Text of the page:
REST MY LEGS
FOR THE NIGHT
I came home at twelve years to look after things—help my mother, and anyhow, she’d had him in bed for three months at one stage. Used to get a lot of pleurisy. Pleurisy is congestion of the lungs. And what they had in those days, they didn’t have any antibiotics or anything, so she’d have to put a poultice. She’d go and heat the poultice in the oven, put that on him. That was the only cure they had, the only way of helping him get over his complaint. I was driving four horses and a plough when I was only twelve. You had to have a lot of muscle for that. (Arthur)
/25 Limited Edition Alongside each issue of Magnificent, artist Justy Phillips is releasing a limited edition of /25 collector’s box-sets. These editions include: 1 x signed, dated and numbered handmade wooden box, 1 x signed copy of magnificent, 1 x related limited edition product/artwork/idea. Go online to view images and request availability and current price.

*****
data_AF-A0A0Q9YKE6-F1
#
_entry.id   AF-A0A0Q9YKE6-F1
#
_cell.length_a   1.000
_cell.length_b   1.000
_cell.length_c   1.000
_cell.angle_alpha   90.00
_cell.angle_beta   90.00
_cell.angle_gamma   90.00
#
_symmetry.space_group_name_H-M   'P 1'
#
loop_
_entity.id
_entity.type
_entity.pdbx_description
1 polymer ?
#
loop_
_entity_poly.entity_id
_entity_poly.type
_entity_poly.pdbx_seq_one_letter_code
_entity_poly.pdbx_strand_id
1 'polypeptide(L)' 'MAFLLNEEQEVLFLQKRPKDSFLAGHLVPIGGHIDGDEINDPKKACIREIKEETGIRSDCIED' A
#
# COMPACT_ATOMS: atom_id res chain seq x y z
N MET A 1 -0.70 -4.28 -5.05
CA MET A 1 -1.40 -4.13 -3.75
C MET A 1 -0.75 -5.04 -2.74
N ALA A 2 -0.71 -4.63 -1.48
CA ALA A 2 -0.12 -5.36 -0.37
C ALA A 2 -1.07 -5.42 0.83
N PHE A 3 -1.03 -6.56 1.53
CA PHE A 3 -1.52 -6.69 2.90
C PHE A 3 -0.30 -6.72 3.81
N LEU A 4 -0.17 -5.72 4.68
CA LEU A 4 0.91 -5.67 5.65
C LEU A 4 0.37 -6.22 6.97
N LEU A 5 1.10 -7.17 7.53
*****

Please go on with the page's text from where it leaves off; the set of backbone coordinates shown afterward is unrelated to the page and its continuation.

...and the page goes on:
YOUR WEIGHT I CARRY
LIKE A SALTY ROCK
Volume 1/Number 1/ 1 x Screen-printed collector’s wooden box with bullet hole; 1 x copy of Magnificent with bullet hole; 2 x screen-printed tea towels – 100% Russian linen, 500mm x 700mm, embroidered tag.
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ISSN 1836 – 7836 Type: Gotham and Archer, designed by Hoefler & Frere-Jones. Print: Generously supported by Focal Printing Pty, Tasmania. Paper: Generously supported by Spicers Paper 115g 9lives Satin, 250g 9lives Satin. Edition: Published in an edition of 800 copies by Related Projects, Australia.
YOUR WEIGHT I CARRY LIKE A SALTY ROCK
magnificent (a novella of nine actions) Volume 1, Number 1, April 2009 THIS ARTWORK/ NOVELLA/ MAGAZINE IS FREE TO SUBSCRIBE VISIT WWW.RELATEDPROJECTS.NET
Magnificent is launched as an experimental publishing platform. Published four-monthly in Tasmania, this modern day novella presents an oppo...
Published on May 15, 2009
Magnificent is launched as an experimental publishing platform. Published four-monthly in Tasmania, this modern day novella presents an oppo...